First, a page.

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Pneumocystis Pneumonia Diagnosis in HIV- Patients (PNEUMOQUANT)

The safety and scientific validity of this study is the responsibility of the study sponsor and investigators. Listing a study does not mean it has been evaluated by the U.S. Federal Government. Know the risks and potential benefits of clinical studies and talk to your health care provider before participating. Read our disclaimer for details. Identifier: NCT02648256
Recruitment Status : Recruiting
First Posted : January 7, 2016
Last Update Posted : June 9, 2020
Information provided by (Responsible Party):
Rennes University Hospital

Brief Summary:

Pneumocystis jirovecii pneumonia is a serious and frequent infection in immunocompromised patients, whose evolution is potentially fatal if untreated. It is the most common opportunistic infections classifying patients infected with human immunodeficiency virus (human immunodeficiency virus +) at the stage acquired immune deficiency syndrome. Data from the french Institute for Health Watch showed in 2011 that 31% of 1400 cases of acquired immune deficiency syndrome were revealed by Pneumocystis jirovecii pneumonia.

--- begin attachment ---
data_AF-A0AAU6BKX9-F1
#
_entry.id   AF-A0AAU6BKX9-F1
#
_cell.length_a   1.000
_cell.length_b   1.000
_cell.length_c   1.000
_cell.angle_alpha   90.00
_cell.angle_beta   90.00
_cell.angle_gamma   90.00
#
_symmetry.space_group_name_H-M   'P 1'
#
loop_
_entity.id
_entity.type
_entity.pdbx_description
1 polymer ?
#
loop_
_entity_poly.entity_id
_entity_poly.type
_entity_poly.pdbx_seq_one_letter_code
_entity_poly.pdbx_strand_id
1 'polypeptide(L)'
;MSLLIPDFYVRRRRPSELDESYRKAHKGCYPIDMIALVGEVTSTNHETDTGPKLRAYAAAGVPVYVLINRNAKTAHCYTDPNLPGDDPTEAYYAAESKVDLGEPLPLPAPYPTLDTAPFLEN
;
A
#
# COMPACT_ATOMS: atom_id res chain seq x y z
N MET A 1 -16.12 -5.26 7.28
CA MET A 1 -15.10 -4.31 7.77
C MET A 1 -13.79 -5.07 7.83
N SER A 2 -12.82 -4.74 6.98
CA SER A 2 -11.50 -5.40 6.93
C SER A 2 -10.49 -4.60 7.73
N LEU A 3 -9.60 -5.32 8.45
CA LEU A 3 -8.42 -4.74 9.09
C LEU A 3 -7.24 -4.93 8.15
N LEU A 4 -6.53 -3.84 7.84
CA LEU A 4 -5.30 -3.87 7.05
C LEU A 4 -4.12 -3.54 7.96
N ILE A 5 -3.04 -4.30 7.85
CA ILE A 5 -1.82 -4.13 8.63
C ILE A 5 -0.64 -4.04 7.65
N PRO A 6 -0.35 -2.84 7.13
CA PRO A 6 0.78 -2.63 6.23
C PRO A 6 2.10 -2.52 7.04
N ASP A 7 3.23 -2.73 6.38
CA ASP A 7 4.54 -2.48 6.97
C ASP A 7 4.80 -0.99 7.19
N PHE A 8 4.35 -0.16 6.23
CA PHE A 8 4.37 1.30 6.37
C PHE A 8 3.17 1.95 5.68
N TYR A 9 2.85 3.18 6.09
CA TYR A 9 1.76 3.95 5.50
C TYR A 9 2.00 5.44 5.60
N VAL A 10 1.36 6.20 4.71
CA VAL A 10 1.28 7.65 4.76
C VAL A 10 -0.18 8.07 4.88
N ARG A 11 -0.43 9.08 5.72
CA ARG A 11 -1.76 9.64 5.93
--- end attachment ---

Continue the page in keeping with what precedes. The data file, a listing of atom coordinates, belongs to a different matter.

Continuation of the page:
Pneumocystis jirovecii pneumonia also increasingly concerns immunocompromised human immunodeficiency virus negative patients, due to the increasing use of immunosuppressive therapies (including corticosteroids), of anticancer cytostatics and biotherapies, in the context of grafts, transplants, but also from autoimmune or inflammatory chronic diseases.

Recent data show that the number of cases occurring in patients Pneumocystis jirovecii pneumonia human immunodeficiency virus - in France is now higher than the cases occurring in Pneumocystis jirovecii pneumonia +. The severity of the Pneumocystis jirovecii pneumonia is increased in patients with human immunodeficiency virus -, in whom the evolution is faster, with mechanical ventilation often required and higher mortality, requiring a fast and early diagnosis. Routine diagnosis relies on the detection of the fungus in the bronchoalveolar lavage, using stains (May Grunwald Giemsa or immunofluorescence) and Polymerase Chain Reaction. Polymerase Chain Reaction provides a diagnostic gain in immunocompromised patients not infected with human immunodeficiency virus that may present a pejorative table quickly despite low fungal burden. However, the deoxyribonucleic acid of the fungus can sometimes be detected in the absence of scalable Pneumocystis jirovecii pneumonia, and then shows a pulmonary colonization by Pneumocystis jirovecii. It is therefore important to improve the positive predictive value of Pneumocystis Polymerase Chain Reaction, to guide the management of optimal patient.

In this work, the investigators propose to evaluate the Polymerase Chain Reaction on oropharyngeal rinse, non-invasive sampling and therefore probably less often positive and specific active infection. The investigators will develop a quantitative Polymerase Chain Reaction to identify a fungal load threshold number of copies / mL for diagnosing Pneumocystis jirovecii pneumonia with better positive predictive value.